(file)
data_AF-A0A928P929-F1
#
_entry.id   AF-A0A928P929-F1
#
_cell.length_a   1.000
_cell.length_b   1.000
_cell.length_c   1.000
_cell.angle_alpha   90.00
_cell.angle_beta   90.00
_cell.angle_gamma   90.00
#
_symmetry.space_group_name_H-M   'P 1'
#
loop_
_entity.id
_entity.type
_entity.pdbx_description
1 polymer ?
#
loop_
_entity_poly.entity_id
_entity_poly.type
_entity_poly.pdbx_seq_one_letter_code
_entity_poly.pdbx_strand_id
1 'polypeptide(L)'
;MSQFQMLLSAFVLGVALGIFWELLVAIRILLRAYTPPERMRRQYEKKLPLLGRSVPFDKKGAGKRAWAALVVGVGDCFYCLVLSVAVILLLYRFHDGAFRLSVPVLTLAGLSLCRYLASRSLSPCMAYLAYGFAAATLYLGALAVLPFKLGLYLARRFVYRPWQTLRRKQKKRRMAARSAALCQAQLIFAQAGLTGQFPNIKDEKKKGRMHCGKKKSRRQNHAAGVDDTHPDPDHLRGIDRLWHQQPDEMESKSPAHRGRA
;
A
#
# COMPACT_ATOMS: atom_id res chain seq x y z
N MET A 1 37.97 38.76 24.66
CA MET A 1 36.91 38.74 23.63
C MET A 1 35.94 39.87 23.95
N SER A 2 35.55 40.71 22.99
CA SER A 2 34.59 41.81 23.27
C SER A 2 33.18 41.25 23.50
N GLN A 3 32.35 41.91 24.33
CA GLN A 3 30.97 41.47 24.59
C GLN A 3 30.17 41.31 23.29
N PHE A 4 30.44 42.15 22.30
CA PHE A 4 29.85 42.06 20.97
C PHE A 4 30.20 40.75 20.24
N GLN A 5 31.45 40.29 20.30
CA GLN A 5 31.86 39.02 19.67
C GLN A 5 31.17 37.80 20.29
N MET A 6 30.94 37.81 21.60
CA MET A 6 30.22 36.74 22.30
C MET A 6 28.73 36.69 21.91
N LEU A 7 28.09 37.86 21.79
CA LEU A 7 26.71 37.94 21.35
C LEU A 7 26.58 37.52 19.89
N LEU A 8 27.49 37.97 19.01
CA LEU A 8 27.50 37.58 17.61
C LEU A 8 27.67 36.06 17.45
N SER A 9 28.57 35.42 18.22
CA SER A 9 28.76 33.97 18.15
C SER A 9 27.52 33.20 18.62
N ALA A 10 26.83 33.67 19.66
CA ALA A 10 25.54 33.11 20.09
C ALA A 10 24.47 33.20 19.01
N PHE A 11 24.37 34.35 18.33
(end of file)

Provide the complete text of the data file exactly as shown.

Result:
data_AF-A0A928P929-F1
#
_entry.id   AF-A0A928P929-F1
#
_cell.length_a   1.000
_cell.length_b   1.000
_cell.length_c   1.000
_cell.angle_alpha   90.00
_cell.angle_beta   90.00
_cell.angle_gamma   90.00
#
_symmetry.space_group_name_H-M   'P 1'
#
loop_
_entity.id
_entity.type
_entity.pdbx_description
1 polymer ?
#
loop_
_entity_poly.entity_id
_entity_poly.type
_entity_poly.pdbx_seq_one_letter_code
_entity_poly.pdbx_strand_id
1 'polypeptide(L)'
;MSQFQMLLSAFVLGVALGIFWELLVAIRILLRAYTPPERMRRQYEKKLPLLGRSVPFDKKGAGKRAWAALVVGVGDCFYCLVLSVAVILLLYRFHDGAFRLSVPVLTLAGLSLCRYLASRSLSPCMAYLAYGFAAATLYLGALAVLPFKLGLYLARRFVYRPWQTLRRKQKKRRMAARSAALCQAQLIFAQAGLTGQFPNIKDEKKKGRMHCGKKKSRRQNHAAGVDDTHPDPDHLRGIDRLWHQQPDEMESKSPAHRGRA
;
A
#
# COMPACT_ATOMS: atom_id res chain seq x y z
N MET A 1 37.97 38.76 24.66
CA MET A 1 36.91 38.74 23.63
C MET A 1 35.94 39.87 23.95
N SER A 2 35.55 40.71 22.99
CA SER A 2 34.59 41.81 23.27
C SER A 2 33.18 41.25 23.50
N GLN A 3 32.35 41.91 24.33
CA GLN A 3 30.97 41.47 24.59
C GLN A 3 30.17 41.31 23.29
N PHE A 4 30.44 42.15 22.30
CA PHE A 4 29.85 42.06 20.97
C PHE A 4 30.20 40.75 20.24
N GLN A 5 31.45 40.29 20.30
CA GLN A 5 31.86 39.02 19.67
C GLN A 5 31.17 37.80 20.29
N MET A 6 30.94 37.81 21.60
CA MET A 6 30.22 36.74 22.30
C MET A 6 28.73 36.69 21.91
N LEU A 7 28.09 37.86 21.79
CA LEU A 7 26.71 37.94 21.35
C LEU A 7 26.58 37.52 19.89
N LEU A 8 27.49 37.97 19.01
CA LEU A 8 27.50 37.58 17.61
C LEU A 8 27.67 36.06 17.45
N SER A 9 28.57 35.42 18.22
CA SER A 9 28.76 33.97 18.15
C SER A 9 27.52 33.20 18.62
N ALA A 10 26.83 33.67 19.66
CA ALA A 10 25.54 33.11 20.09
C ALA A 10 24.47 33.20 19.01
N PHE A 11 24.37 34.35 18.33